A minute or so after I began reporting, the landline too went silent. Now, there was absolutely no way to relay information out of Kashmir. A total blackout and military siege was firmly imposed across the territory. People could not step out of their houses; I was stuck at my office and forced to sleep there for a few days. It was as though we were fish, electrocuted and then lying still in dark waters. An isolated people suddenly pulled out from the global village promised by the internet. The only window left open to the outside world was satellite TV, access to which is limited in the region.
There have been many military lockdowns over the last three decades. One winter morning in 2013, I woke up to news that Mohammad Afzal Guru, a former Kashmiri militant controversially convicted for his role in the case of the 2001 attack on India’s parliament, had been secretly hanged (his family was not informed before the execution) and buried inside Tihar jail in Delhi. During the ensuing siege of the Muslim-majority part of the Indian-controlled territory that lasted weeks, just looking out one’s window brought threats and abuse from paramilitary soldiers on the streets below. The Hindu-dominated Jammu portion of the region remained largely unaffected at the time. But mercifully, unlike this time around, you could make calls from fixed line phones. If, that is, you had access to one of the 50,000 connections for the seven million residents of the besieged Kashmir valley.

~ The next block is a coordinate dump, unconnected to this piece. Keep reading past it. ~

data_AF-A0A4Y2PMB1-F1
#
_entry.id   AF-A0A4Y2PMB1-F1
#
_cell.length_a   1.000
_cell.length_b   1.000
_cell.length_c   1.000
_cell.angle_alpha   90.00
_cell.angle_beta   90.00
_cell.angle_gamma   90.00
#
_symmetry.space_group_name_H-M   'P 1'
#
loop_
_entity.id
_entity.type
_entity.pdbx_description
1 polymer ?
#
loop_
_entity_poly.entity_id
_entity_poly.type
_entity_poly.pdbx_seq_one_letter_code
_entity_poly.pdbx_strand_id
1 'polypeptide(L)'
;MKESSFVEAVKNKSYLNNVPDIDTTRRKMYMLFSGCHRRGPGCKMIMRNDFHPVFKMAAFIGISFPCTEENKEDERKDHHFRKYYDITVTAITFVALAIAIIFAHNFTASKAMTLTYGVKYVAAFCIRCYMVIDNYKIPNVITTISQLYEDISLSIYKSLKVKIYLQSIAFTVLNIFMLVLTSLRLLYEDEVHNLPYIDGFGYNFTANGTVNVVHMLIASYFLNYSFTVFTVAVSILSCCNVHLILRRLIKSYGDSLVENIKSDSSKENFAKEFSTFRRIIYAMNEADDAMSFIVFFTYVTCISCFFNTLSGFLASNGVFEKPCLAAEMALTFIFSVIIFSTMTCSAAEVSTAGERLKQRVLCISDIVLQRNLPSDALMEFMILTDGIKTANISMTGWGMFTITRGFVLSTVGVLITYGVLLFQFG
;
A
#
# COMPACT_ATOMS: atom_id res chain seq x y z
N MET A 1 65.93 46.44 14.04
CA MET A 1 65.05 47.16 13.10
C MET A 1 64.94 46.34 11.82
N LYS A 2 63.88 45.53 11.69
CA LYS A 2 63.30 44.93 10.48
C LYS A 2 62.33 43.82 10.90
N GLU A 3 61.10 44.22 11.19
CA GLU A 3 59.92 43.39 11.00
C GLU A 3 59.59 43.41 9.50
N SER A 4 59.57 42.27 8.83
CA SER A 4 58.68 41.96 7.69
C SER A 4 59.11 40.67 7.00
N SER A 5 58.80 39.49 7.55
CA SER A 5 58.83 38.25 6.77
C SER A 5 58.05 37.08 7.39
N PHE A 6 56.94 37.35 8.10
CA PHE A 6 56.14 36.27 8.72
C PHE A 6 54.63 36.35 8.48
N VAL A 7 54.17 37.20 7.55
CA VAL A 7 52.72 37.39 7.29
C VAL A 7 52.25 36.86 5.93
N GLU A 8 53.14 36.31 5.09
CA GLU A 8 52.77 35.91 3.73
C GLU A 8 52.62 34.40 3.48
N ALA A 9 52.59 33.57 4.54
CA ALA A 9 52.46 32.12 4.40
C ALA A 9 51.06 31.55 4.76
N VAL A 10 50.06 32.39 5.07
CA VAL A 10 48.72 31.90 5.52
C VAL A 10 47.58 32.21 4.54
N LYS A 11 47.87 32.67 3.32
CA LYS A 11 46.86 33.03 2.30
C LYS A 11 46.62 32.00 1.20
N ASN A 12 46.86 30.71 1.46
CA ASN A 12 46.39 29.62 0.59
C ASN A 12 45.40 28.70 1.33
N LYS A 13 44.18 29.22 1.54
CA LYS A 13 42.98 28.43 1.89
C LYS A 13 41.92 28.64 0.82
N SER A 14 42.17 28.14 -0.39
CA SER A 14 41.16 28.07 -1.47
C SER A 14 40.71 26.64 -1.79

On August 5, 2019, everyone who could watched in shock as the Indian parliament struck a deathly blow to Kashmir’s political self, live across a dozen Indian TV news channels. The last remnants of the territory’s constitutional autonomy were thrown to the winds of history, even as most of the entire Indian-administered region’s citizens remained terrified, cooped up inside their homes, unable to find out what was happening across the street, in the next village, or with their loved ones elsewhere in the world. There was little space to think of responding to the political catastrophe.